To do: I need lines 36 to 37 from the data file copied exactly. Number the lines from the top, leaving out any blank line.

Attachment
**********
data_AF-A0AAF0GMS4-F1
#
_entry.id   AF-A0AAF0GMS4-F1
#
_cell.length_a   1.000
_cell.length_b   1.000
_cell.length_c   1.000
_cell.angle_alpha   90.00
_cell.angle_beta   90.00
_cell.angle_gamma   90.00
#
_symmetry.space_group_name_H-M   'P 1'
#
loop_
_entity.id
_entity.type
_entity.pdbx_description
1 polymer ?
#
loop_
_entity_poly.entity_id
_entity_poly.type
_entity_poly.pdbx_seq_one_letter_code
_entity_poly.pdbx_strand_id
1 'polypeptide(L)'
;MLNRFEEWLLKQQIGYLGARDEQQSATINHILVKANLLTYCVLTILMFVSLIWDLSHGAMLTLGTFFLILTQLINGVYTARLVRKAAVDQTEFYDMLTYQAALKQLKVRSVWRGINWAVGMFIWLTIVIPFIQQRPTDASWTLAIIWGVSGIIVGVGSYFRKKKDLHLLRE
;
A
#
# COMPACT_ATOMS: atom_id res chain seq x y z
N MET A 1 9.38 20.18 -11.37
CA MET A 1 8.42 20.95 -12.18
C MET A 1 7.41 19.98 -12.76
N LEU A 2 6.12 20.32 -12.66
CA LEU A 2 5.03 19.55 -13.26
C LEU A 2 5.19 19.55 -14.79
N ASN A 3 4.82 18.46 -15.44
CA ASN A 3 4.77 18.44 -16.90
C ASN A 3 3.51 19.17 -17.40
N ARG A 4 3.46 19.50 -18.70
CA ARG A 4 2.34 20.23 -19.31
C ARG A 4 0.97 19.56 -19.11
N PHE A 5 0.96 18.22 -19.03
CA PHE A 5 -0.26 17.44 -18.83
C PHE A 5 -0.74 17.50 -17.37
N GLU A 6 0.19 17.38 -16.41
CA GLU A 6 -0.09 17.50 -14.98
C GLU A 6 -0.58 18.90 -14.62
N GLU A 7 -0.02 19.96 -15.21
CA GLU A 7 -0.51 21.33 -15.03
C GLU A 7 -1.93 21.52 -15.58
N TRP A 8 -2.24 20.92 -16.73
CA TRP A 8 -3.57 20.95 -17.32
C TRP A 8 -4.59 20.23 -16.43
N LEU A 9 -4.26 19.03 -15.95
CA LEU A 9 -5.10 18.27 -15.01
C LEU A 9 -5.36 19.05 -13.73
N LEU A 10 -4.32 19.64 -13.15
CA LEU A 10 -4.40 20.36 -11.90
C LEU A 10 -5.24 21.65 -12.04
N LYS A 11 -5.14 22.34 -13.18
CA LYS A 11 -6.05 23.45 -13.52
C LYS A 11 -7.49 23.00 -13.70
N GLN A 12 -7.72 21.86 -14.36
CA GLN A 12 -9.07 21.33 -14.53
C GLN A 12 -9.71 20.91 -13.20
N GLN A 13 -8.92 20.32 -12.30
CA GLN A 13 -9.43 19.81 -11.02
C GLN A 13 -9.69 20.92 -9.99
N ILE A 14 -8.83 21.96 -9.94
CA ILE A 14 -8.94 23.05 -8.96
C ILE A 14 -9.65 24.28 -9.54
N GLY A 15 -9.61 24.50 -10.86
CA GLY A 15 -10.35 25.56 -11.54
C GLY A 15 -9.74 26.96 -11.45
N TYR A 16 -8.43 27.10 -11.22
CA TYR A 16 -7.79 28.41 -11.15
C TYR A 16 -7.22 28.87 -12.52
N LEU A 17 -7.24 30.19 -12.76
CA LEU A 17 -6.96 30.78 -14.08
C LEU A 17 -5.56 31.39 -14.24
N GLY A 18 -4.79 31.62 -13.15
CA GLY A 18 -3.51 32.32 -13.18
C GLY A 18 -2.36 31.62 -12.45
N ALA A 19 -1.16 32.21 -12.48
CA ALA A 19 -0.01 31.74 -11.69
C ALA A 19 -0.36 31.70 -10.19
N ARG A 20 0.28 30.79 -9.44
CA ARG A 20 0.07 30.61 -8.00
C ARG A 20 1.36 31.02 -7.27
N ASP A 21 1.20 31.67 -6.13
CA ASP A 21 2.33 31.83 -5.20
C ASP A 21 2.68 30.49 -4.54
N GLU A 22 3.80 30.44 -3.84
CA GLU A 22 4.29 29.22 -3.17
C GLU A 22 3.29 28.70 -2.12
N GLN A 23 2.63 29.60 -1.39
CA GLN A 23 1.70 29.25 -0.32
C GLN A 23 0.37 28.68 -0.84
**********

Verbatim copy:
C LEU A 2 5.19 19.55 -14.79
N ASN A 3 4.82 18.46 -15.44